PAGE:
Nothing troubles small businesses like managing cash flow problems. If you don’t get the money you are owed, you may not be able to cover your outgoings or plough money back into growing your enterprise. This can be even more of a worry if profit margins are small.
Keeping an eye on cash flow is essential
As a small business owner, it’s of paramount importance that you know what’s coming in and what’s going out. Efficiently managing cash flow can mean the difference between success and failure.
The problem is, getting the balance right can be tricky because suppliers and customers have different priorities. Here we take a look at some of the common cash flow problems – and warning signs – to watch out for, as well as the steps you can take to avoid them.
If your small business accounts are all over the place, it can be very hard to keep tabs on cash flow. The best way to avoid this is by being meticulous about bookkeeping and by monitoring your accounts on a regular basis.
If everything is tidy and organised, this will help you to get a clear picture of your firm’s financial position and help you to spot a looming cash flow crisis. You can then take steps to avert any potential problems. Equally, even when you have money in the bank, it’s important to retain this level of discipline.
Late payment can be a source of continual annoyance for small companies. Not getting paid on time can lead to cash flow issues, which can prevent growth – or even risk putting you out of business.
As a small business owner, you need to prioritise prompt invoicing and make it as convenient as possible for customers to pay you; you also need to be proactive about chasing unpaid invoices.
In addition, you could introduce an early payment incentive or consider tightening your terms to avoid wasting time and energy tracking down overdue payments. Think, for example, about charging interest on late payments.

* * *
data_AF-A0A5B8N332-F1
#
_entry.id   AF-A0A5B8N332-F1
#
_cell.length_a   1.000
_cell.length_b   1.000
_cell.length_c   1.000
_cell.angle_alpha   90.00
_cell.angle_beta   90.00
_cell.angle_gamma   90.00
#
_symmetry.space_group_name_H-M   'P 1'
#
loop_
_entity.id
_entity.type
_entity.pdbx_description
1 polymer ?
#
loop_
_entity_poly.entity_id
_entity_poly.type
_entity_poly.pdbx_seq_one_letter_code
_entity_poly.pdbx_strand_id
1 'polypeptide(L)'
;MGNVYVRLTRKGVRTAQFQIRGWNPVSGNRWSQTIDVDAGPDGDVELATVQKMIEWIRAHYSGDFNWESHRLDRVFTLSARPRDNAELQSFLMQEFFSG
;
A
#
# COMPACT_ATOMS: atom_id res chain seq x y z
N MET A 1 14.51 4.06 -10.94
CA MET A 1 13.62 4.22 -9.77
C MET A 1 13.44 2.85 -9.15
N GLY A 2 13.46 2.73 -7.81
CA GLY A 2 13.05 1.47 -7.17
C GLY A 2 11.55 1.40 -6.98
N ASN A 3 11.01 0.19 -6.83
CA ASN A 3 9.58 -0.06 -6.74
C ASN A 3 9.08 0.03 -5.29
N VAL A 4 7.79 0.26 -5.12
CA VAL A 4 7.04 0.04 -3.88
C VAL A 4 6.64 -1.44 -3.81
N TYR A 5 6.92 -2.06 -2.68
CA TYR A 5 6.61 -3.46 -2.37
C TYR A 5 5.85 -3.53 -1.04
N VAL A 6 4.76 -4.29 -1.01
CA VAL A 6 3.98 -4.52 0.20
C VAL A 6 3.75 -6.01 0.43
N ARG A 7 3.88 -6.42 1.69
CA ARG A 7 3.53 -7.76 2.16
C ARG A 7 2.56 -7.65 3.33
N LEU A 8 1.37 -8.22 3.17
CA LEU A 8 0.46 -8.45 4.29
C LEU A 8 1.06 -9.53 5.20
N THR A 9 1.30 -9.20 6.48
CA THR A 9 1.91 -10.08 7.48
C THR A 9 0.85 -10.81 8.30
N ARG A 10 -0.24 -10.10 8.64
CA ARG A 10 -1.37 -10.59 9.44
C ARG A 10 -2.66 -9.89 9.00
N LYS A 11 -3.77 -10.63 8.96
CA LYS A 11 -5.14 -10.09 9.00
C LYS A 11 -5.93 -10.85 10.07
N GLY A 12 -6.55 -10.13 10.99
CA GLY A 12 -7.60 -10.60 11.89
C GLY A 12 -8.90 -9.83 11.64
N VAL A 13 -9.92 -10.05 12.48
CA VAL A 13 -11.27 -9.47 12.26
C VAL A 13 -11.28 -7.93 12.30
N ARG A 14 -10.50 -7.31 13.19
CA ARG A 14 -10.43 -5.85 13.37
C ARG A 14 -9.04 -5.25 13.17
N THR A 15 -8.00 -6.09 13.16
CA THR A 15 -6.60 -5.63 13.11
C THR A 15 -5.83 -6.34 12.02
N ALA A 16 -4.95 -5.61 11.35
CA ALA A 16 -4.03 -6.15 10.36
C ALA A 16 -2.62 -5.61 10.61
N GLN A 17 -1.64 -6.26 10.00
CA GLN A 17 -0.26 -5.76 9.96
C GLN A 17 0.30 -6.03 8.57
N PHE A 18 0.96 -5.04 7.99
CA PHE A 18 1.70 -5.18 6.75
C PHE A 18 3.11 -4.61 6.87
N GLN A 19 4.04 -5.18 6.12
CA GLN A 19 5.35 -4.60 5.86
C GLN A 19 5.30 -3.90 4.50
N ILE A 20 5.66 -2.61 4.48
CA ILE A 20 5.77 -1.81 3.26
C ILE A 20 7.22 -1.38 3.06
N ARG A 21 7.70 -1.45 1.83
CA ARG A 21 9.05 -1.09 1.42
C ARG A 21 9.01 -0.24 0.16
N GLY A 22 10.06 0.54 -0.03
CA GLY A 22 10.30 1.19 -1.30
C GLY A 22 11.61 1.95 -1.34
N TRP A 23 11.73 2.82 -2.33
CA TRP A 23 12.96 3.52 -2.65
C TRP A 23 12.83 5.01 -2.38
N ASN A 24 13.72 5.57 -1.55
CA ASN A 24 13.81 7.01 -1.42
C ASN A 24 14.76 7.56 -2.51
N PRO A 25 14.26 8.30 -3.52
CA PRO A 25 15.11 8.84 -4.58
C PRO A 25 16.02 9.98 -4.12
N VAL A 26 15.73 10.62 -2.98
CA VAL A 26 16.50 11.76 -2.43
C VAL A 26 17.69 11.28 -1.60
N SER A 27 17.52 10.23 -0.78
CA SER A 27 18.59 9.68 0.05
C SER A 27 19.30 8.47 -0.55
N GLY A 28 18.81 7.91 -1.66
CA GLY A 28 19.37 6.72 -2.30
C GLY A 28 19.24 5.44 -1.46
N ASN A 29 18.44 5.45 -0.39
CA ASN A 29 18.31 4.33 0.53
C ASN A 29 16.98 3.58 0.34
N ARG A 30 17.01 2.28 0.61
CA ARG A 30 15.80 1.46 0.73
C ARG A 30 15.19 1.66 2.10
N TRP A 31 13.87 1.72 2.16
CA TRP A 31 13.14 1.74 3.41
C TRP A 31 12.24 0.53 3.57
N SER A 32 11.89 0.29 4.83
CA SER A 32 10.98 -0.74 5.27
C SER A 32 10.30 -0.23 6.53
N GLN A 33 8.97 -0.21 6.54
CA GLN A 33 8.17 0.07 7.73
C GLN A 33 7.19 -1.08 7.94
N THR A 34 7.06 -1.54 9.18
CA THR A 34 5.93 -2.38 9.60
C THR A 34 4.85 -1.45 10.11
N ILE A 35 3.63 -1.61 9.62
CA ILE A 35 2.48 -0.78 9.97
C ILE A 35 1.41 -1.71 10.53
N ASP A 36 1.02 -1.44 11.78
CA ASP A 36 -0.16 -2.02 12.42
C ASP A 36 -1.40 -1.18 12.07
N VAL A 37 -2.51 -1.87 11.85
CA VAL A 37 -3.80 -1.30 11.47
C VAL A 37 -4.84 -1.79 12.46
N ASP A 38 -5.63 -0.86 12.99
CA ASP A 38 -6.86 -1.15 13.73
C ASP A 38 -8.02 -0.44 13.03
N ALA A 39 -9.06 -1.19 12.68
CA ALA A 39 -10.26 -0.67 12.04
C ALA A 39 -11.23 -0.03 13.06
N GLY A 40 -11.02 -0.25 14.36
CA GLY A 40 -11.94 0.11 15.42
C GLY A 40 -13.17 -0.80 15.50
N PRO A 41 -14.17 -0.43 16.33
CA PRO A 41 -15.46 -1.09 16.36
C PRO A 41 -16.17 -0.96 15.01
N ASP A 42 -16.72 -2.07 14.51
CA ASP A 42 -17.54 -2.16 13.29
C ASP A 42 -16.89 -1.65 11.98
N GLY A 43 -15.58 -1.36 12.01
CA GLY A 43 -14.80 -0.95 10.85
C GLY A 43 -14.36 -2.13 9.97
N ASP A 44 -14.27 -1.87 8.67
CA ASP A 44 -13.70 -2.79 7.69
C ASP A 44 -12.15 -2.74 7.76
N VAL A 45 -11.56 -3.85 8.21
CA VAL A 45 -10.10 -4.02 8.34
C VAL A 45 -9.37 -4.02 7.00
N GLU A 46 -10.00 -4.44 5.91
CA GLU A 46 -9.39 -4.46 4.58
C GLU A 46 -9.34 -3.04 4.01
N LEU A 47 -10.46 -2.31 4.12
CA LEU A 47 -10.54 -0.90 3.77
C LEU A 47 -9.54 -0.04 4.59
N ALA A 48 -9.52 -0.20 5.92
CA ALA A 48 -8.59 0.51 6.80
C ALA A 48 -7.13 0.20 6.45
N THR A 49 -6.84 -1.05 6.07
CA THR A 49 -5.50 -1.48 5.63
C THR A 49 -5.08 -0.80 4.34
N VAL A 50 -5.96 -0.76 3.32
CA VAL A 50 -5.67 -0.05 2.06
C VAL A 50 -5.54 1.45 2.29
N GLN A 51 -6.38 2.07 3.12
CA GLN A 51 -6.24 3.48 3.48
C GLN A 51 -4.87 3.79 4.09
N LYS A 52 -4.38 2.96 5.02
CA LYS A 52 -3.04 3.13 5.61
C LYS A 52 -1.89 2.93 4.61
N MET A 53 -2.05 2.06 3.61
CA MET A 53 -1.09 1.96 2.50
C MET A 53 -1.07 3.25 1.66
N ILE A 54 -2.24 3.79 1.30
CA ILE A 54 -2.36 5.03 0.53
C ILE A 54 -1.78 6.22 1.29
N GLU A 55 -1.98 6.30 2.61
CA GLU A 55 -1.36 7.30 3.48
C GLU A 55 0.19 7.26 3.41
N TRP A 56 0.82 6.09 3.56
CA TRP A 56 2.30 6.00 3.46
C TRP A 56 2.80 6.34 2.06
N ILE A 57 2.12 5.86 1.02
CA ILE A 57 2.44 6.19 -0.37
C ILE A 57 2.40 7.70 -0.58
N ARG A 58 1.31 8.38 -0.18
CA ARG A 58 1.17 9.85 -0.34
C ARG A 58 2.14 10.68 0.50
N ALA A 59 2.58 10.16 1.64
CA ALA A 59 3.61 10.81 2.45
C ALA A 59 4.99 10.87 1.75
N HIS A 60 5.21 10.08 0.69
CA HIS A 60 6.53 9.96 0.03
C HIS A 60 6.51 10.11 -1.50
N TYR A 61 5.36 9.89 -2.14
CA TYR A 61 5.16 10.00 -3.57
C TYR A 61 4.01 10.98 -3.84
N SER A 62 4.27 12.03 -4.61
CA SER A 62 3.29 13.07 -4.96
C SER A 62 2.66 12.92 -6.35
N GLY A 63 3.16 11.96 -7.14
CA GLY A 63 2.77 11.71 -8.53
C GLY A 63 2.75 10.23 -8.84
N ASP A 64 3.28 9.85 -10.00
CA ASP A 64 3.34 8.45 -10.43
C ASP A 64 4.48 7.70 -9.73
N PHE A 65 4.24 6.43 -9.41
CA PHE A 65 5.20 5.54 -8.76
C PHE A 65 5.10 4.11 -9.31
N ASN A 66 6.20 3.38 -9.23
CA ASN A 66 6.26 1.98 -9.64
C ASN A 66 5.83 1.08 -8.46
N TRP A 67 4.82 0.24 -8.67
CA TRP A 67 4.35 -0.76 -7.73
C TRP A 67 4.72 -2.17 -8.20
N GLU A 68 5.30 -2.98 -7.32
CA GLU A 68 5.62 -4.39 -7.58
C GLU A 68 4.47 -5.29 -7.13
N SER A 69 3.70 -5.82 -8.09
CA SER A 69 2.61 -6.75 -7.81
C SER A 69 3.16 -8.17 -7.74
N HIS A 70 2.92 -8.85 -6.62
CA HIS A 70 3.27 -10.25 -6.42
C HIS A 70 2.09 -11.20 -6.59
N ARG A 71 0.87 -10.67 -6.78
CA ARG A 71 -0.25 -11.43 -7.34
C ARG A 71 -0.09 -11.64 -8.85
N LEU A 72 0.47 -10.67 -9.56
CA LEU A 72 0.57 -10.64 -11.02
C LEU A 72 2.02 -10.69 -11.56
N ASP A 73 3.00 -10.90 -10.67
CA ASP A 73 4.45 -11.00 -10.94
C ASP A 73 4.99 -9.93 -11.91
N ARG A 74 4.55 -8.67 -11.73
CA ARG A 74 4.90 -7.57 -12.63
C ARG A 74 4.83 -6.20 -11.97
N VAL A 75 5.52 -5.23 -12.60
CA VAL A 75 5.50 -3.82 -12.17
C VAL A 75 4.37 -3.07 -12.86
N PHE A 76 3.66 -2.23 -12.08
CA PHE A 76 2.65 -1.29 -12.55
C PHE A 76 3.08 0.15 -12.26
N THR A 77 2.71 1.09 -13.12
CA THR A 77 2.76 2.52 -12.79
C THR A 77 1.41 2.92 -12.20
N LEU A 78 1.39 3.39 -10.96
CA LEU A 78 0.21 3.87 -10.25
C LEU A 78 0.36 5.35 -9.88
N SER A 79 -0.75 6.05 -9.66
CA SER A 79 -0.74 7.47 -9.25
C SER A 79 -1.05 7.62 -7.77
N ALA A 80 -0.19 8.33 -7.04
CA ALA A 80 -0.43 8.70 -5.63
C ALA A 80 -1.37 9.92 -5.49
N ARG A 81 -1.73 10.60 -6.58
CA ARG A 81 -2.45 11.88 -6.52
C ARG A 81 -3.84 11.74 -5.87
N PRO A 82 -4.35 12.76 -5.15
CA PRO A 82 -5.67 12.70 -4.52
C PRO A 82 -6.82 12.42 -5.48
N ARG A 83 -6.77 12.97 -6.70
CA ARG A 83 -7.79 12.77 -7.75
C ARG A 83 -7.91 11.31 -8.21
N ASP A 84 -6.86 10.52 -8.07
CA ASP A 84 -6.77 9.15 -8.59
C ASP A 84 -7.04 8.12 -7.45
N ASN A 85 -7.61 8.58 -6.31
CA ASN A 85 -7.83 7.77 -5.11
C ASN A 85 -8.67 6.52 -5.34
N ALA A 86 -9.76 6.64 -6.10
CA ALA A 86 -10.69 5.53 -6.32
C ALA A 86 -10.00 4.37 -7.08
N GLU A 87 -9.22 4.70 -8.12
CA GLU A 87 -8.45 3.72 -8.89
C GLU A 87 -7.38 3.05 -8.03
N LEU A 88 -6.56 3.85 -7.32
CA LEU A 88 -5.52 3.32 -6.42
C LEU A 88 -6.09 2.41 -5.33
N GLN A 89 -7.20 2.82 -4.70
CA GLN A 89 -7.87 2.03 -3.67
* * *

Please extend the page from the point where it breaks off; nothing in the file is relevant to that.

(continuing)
A dip in business
If sales take a plunge, this can mean a sudden drop in income, which can cause cash flow problems. To avoid getting stung, you need to keep a close eye on sales and monthly income. If you see an unusual pattern, you can take steps to try to avoid a fall in cash flow. You might, for example, be able to revise business practices, cut costs or take on more orders.
If you take on more business than you can fulfil, there is a risk that you fail to deliver – or deliver work that is substandard. This can give the customer an excuse not to pay and could potentially mean a lost contract.
The key here is to be realistic about your workload and the amount you can achieve. You need to be able to fulfil orders to your usual high standard to keep clients happy.
Having too much debt
If you have a lot of debt in your business, this can become costly and start eating into profits. It could also put a black mark on your credit record.
The best way to keep debt at a manageable level is to carefully balance the books and do all you can to ensure the amount going out is matched by the amount coming in.
Once again, you need to be as proactive as you can with outstanding debts and late payments.
Cash flow is king
Cash flow is the lifeblood of every small business, so it’s key to keep it under control.
By finding ways to avoid cash flow problems, you will help your business to thrive.
To see how cash flow forecasting and reporting can help your business this year, sign up for a free trial with Intuit QuickBooks.